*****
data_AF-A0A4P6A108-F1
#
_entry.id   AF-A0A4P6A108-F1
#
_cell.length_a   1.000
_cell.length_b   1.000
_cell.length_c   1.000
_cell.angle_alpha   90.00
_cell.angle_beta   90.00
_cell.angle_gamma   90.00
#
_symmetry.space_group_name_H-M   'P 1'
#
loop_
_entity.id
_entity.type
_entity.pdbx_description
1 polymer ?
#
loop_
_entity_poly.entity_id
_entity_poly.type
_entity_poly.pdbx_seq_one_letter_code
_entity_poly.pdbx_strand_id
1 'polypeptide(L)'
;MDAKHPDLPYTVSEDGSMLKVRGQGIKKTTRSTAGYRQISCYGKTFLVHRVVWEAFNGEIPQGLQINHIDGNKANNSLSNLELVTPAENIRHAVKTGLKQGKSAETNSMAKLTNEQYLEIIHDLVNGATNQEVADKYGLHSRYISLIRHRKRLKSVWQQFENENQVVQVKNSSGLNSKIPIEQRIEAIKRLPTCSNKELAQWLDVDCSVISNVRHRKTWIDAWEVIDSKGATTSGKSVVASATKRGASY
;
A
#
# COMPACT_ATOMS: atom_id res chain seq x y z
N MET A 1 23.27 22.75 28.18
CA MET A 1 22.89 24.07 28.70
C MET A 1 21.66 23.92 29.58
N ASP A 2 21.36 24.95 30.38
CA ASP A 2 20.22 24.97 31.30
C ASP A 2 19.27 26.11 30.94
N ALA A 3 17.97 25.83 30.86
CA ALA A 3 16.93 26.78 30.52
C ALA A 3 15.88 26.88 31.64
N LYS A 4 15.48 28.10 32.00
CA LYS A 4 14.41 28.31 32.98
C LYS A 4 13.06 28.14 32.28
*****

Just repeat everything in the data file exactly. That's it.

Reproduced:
data_AF-A0A4P6A108-F1
#
_entry.id   AF-A0A4P6A108-F1
#
_cell.length_a   1.000
_cell.length_b   1.000
_cell.length_c   1.000
_cell.angle_alpha   90.00
_cell.angle_beta   90.00
_cell.angle_gamma   90.00
#
_symmetry.space_group_name_H-M   'P 1'
#
loop_
_entity.id
_entity.type
_entity.pdbx_description
1 polymer ?
#
loop_
_entity_poly.entity_id
_entity_poly.type
_entity_poly.pdbx_seq_one_letter_code
_entity_poly.pdbx_strand_id
1 'polypeptide(L)'
;MDAKHPDLPYTVSEDGSMLKVRGQGIKKTTRSTAGYRQISCYGKTFLVHRVVWEAFNGEIPQGLQINHIDGNKANNSLSNLELVTPAENIRHAVKTGLKQGKSAETNSMAKLTNEQYLEIIHDLVNGATNQEVADKYGLHSRYISLIRHRKRLKSVWQQFENENQVVQVKNSSGLNSKIPIEQRIEAIKRLPTCSNKELAQWLDVDCSVISNVRHRKTWIDAWEVIDSKGATTSGKSVVASATKRGASY
;
A
#
# COMPACT_ATOMS: atom_id res chain seq x y z
N MET A 1 23.27 22.75 28.18
CA MET A 1 22.89 24.07 28.70
C MET A 1 21.66 23.92 29.58
N ASP A 2 21.36 24.95 30.38
CA ASP A 2 20.22 24.97 31.30
C ASP A 2 19.27 26.11 30.94
N ALA A 3 17.97 25.83 30.86
CA ALA A 3 16.93 26.78 30.52
C ALA A 3 15.88 26.88 31.64
N LYS A 4 15.48 28.10 32.00
CA LYS A 4 14.41 28.31 32.98
C LYS A 4 13.06 28.14 32.28